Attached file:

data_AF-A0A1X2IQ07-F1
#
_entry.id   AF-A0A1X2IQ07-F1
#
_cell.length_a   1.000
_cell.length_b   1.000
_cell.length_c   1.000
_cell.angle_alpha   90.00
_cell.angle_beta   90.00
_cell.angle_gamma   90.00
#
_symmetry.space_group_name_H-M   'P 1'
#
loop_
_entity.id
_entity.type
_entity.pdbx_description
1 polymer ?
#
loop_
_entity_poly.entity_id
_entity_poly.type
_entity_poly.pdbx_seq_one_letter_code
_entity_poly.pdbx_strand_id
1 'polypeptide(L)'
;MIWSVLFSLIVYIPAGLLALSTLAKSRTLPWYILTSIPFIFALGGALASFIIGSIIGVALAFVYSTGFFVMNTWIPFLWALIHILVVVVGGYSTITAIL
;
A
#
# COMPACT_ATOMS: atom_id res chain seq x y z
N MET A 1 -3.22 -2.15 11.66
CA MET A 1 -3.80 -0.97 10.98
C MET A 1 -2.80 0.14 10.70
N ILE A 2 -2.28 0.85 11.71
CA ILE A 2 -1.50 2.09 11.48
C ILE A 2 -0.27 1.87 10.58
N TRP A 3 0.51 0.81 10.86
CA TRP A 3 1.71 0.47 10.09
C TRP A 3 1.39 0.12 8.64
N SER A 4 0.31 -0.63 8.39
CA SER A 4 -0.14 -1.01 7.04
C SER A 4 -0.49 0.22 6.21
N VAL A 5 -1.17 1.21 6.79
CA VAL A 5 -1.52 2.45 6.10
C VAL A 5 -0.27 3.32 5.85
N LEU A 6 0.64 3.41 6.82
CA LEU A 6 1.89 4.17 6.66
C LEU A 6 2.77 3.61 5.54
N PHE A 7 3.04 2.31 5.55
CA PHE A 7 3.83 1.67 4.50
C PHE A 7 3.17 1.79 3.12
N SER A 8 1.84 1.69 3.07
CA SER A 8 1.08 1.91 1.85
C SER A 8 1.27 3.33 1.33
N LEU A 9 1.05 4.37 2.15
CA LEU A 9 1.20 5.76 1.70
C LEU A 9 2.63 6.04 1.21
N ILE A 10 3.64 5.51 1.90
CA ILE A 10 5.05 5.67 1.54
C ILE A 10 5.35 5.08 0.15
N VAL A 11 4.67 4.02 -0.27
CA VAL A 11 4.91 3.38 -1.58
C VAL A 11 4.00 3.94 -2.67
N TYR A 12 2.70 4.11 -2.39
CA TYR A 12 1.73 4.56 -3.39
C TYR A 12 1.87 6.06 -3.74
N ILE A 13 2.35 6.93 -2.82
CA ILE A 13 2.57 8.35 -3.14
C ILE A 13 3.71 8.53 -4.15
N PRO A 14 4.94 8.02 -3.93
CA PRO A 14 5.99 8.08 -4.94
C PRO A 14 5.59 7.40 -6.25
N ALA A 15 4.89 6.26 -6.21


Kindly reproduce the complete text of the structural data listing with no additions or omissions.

data_AF-A0A1X2IQ07-F1
#
_entry.id   AF-A0A1X2IQ07-F1
#
_cell.length_a   1.000
_cell.length_b   1.000
_cell.length_c   1.000
_cell.angle_alpha   90.00
_cell.angle_beta   90.00
_cell.angle_gamma   90.00
#
_symmetry.space_group_name_H-M   'P 1'
#
loop_
_entity.id
_entity.type
_entity.pdbx_description
1 polymer ?
#
loop_
_entity_poly.entity_id
_entity_poly.type
_entity_poly.pdbx_seq_one_letter_code
_entity_poly.pdbx_strand_id
1 'polypeptide(L)'
;MIWSVLFSLIVYIPAGLLALSTLAKSRTLPWYILTSIPFIFALGGALASFIIGSIIGVALAFVYSTGFFVMNTWIPFLWALIHILVVVVGGYSTITAIL
;
A
#
# COMPACT_ATOMS: atom_id res chain seq x y z
N MET A 1 -3.22 -2.15 11.66
CA MET A 1 -3.80 -0.97 10.98
C MET A 1 -2.80 0.14 10.70
N ILE A 2 -2.28 0.85 11.71
CA ILE A 2 -1.50 2.09 11.48
C ILE A 2 -0.27 1.87 10.58
N TRP A 3 0.51 0.81 10.86
CA TRP A 3 1.71 0.47 10.09
C TRP A 3 1.39 0.12 8.64
N SER A 4 0.31 -0.63 8.39
CA SER A 4 -0.14 -1.01 7.04
C SER A 4 -0.49 0.22 6.21
N VAL A 5 -1.17 1.21 6.79
CA VAL A 5 -1.52 2.45 6.10
C VAL A 5 -0.27 3.32 5.85
N LEU A 6 0.64 3.41 6.82
CA LEU A 6 1.89 4.17 6.66
C LEU A 6 2.77 3.61 5.54
N PHE A 7 3.04 2.31 5.55
CA PHE A 7 3.83 1.67 4.50
C PHE A 7 3.17 1.79 3.12
N SER A 8 1.84 1.69 3.07
CA SER A 8 1.08 1.91 1.85
C SER A 8 1.27 3.33 1.33
N LEU A 9 1.05 4.37 2.15
CA LEU A 9 1.20 5.76 1.70
C LEU A 9 2.63 6.04 1.21
N ILE A 10 3.64 5.51 1.90
CA ILE A 10 5.05 5.67 1.54
C ILE A 10 5.35 5.08 0.15
N VAL A 11 4.67 4.02 -0.27
CA VAL A 11 4.91 3.38 -1.58
C VAL A 11 4.00 3.94 -2.67
N TYR A 12 2.70 4.11 -2.39
CA TYR A 12 1.73 4.56 -3.39
C TYR A 12 1.87 6.06 -3.74
N ILE A 13 2.35 6.93 -2.82
CA ILE A 13 2.57 8.35 -3.14
C ILE A 13 3.71 8.53 -4.15
N PRO A 14 4.94 8.02 -3.93
CA PRO A 14 5.99 8.08 -4.94
C PRO A 14 5.59 7.40 -6.25
N ALA A 15 4.89 6.26 -6.21